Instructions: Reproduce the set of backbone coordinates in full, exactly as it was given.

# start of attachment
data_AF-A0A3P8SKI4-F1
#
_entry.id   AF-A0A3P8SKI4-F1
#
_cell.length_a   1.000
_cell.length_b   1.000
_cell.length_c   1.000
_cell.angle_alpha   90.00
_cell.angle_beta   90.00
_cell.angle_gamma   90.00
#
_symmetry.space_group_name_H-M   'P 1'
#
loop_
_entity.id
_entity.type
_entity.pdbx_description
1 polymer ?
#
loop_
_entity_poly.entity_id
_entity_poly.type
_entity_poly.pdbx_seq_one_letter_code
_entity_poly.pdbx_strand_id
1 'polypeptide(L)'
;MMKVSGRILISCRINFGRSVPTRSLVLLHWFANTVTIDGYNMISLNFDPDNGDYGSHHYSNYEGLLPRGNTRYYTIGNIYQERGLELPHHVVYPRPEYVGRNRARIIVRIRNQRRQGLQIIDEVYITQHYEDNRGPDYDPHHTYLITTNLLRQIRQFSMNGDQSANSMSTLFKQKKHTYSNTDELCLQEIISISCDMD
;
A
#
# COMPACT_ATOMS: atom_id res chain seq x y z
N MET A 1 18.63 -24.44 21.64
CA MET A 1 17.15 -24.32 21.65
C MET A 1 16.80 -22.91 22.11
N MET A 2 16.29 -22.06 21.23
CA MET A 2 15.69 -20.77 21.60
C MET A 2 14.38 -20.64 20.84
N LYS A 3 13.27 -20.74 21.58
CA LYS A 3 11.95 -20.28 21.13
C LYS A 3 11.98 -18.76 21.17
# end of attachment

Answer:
data_AF-A0A3P8SKI4-F1
#
_entry.id   AF-A0A3P8SKI4-F1
#
_cell.length_a   1.000
_cell.length_b   1.000
_cell.length_c   1.000
_cell.angle_alpha   90.00
_cell.angle_beta   90.00
_cell.angle_gamma   90.00
#
_symmetry.space_group_name_H-M   'P 1'
#
loop_
_entity.id
_entity.type
_entity.pdbx_description
1 polymer ?
#
loop_
_entity_poly.entity_id
_entity_poly.type
_entity_poly.pdbx_seq_one_letter_code
_entity_poly.pdbx_strand_id
1 'polypeptide(L)'
;MMKVSGRILISCRINFGRSVPTRSLVLLHWFANTVTIDGYNMISLNFDPDNGDYGSHHYSNYEGLLPRGNTRYYTIGNIYQERGLELPHHVVYPRPEYVGRNRARIIVRIRNQRRQGLQIIDEVYITQHYEDNRGPDYDPHHTYLITTNLLRQIRQFSMNGDQSANSMSTLFKQKKHTYSNTDELCLQEIISISCDMD
;
A
#
# COMPACT_ATOMS: atom_id res chain seq x y z
N MET A 1 18.63 -24.44 21.64
CA MET A 1 17.15 -24.32 21.65
C MET A 1 16.80 -22.91 22.11
N MET A 2 16.29 -22.06 21.23
CA MET A 2 15.69 -20.77 21.60
C MET A 2 14.38 -20.64 20.84
N LYS A 3 13.27 -20.74 21.58
CA LYS A 3 11.95 -20.28 21.13
C LYS A 3 11.98 -18.76 21.17